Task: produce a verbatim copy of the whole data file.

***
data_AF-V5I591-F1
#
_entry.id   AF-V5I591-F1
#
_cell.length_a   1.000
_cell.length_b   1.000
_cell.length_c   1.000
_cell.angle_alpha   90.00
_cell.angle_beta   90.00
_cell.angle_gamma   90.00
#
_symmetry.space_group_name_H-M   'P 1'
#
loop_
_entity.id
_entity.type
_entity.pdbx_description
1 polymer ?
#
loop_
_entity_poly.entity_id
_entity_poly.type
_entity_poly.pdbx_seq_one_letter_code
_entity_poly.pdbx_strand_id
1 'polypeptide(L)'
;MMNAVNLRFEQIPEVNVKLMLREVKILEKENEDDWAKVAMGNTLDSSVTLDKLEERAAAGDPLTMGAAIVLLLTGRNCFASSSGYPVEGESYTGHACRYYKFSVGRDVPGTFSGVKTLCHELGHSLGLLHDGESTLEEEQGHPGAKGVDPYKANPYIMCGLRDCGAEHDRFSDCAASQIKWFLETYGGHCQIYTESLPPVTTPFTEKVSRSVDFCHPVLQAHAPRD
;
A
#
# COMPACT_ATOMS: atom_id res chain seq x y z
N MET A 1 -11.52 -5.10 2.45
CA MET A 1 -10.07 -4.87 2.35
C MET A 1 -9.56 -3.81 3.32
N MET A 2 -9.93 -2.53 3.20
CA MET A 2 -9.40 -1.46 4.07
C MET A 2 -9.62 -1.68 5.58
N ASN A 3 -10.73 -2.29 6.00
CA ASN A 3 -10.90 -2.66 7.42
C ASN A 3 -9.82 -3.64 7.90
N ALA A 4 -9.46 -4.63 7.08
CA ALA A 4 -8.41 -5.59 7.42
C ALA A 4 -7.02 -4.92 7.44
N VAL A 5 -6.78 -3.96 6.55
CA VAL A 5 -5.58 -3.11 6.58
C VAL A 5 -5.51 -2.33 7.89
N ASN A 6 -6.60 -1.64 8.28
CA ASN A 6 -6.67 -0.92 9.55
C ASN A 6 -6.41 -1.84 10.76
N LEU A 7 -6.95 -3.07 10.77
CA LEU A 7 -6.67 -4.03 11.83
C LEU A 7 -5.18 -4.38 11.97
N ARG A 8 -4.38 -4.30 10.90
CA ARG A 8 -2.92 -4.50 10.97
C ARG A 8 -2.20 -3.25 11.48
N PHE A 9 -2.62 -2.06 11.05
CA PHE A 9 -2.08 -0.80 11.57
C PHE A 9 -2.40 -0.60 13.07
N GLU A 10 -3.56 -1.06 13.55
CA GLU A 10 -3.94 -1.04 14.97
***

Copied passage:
data_AF-V5I591-F1
#
_entry.id   AF-V5I591-F1
#
_cell.length_a   1.000
_cell.length_b   1.000
_cell.length_c   1.000
_cell.angle_alpha   90.00
_cell.angle_beta   90.00
_cell.angle_gamma   90.00
#
_symmetry.space_group_name_H-M   'P 1'
#
loop_
_entity.id
_entity.type
_entity.pdbx_description
1 polymer ?
#
loop_
_entity_poly.entity_id
_entity_poly.type
_entity_poly.pdbx_seq_one_letter_code
_entity_poly.pdbx_strand_id
1 'polypeptide(L)'
;MMNAVNLRFEQIPEVNVKLMLREVKILEKENEDDWAKVAMGNTLDSSVTLDKLEERAAAGDPLTMGAAIVLLLTGRNCFASSSGYPVEGESYTGHACRYYKFSVGRDVPGTFSGVKTLCHELGHSLGLLHDGESTLEEEQGHPGAKGVDPYKANPYIMCGLRDCGAEHDRFSDCAASQIKWFLETYGGHCQIYTESLPPVTTPFTEKVSRSVDFCHPVLQAHAPRD
;
A
#
# COMPACT_ATOMS: atom_id res chain seq x y z
N MET A 1 -11.52 -5.10 2.45
CA MET A 1 -10.07 -4.87 2.35
C MET A 1 -9.56 -3.81 3.32
N MET A 2 -9.93 -2.53 3.20
CA MET A 2 -9.40 -1.46 4.07
C MET A 2 -9.62 -1.68 5.58
N ASN A 3 -10.73 -2.29 6.00
CA ASN A 3 -10.90 -2.66 7.42
C ASN A 3 -9.82 -3.64 7.90
N ALA A 4 -9.46 -4.63 7.08
CA ALA A 4 -8.41 -5.59 7.42
C ALA A 4 -7.02 -4.92 7.44
N VAL A 5 -6.78 -3.96 6.55
CA VAL A 5 -5.58 -3.11 6.58
C VAL A 5 -5.51 -2.33 7.89
N ASN A 6 -6.60 -1.64 8.28
CA ASN A 6 -6.67 -0.92 9.55
C ASN A 6 -6.41 -1.84 10.76
N LEU A 7 -6.95 -3.07 10.77
CA LEU A 7 -6.67 -4.03 11.83
C LEU A 7 -5.18 -4.38 11.97
N ARG A 8 -4.38 -4.30 10.90
CA ARG A 8 -2.92 -4.50 10.97
C ARG A 8 -2.20 -3.25 11.48
N PHE A 9 -2.62 -2.06 11.05
CA PHE A 9 -2.08 -0.80 11.57
C PHE A 9 -2.40 -0.60 13.07
N GLU A 10 -3.56 -1.06 13.55
CA GLU A 10 -3.94 -1.04 14.97